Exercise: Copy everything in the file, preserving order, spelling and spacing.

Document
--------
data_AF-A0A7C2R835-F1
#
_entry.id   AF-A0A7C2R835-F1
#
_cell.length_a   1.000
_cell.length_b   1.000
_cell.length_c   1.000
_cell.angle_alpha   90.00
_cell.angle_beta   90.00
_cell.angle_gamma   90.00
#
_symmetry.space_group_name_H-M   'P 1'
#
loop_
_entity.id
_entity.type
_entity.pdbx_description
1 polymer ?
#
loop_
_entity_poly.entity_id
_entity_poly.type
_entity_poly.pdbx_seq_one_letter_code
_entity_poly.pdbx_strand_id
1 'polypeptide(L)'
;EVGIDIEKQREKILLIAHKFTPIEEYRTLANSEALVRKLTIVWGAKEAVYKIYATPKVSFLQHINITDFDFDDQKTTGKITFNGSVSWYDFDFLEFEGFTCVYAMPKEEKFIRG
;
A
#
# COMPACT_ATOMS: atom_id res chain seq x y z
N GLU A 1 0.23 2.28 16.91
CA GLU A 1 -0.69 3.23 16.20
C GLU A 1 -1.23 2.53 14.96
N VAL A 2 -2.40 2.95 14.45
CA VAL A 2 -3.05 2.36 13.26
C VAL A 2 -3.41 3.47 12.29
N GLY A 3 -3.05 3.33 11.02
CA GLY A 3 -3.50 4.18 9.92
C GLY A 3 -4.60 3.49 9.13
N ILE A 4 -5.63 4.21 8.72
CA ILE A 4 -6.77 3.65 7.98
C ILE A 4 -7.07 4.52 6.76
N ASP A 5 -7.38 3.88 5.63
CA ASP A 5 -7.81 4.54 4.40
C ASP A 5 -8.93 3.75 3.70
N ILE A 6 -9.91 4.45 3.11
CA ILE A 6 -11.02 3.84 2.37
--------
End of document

data_AF-A0A7C2R835-F1
#
_entry.id   AF-A0A7C2R835-F1
#
_cell.length_a   1.000
_cell.length_b   1.000
_cell.length_c   1.000
_cell.angle_alpha   90.00
_cell.angle_beta   90.00
_cell.angle_gamma   90.00
#
_symmetry.space_group_name_H-M   'P 1'
#
loop_
_entity.id
_entity.type
_entity.pdbx_description
1 polymer ?
#
loop_
_entity_poly.entity_id
_entity_poly.type
_entity_poly.pdbx_seq_one_letter_code
_entity_poly.pdbx_strand_id
1 'polypeptide(L)'
;EVGIDIEKQREKILLIAHKFTPIEEYRTLANSEALVRKLTIVWGAKEAVYKIYATPKVSFLQHINITDFDFDDQKTTGKITFNGSVSWYDFDFLEFEGFTCVYAMPKEEKFIRG
;
A
#
# COMPACT_ATOMS: atom_id res chain seq x y z
N GLU A 1 0.23 2.28 16.91
CA GLU A 1 -0.69 3.23 16.20
C GLU A 1 -1.23 2.53 14.96
N VAL A 2 -2.40 2.95 14.45
CA VAL A 2 -3.05 2.36 13.26
C VAL A 2 -3.41 3.47 12.29
N GLY A 3 -3.05 3.33 11.02
CA GLY A 3 -3.50 4.18 9.92
C GLY A 3 -4.60 3.49 9.13
N ILE A 4 -5.63 4.21 8.72
CA ILE A 4 -6.77 3.65 7.98
C ILE A 4 -7.07 4.52 6.76
N ASP A 5 -7.38 3.88 5.63
CA ASP A 5 -7.81 4.54 4.40
C ASP A 5 -8.93 3.75 3.70
N ILE A 6 -9.91 4.45 3.11
CA ILE A 6 -11.02 3.84 2.37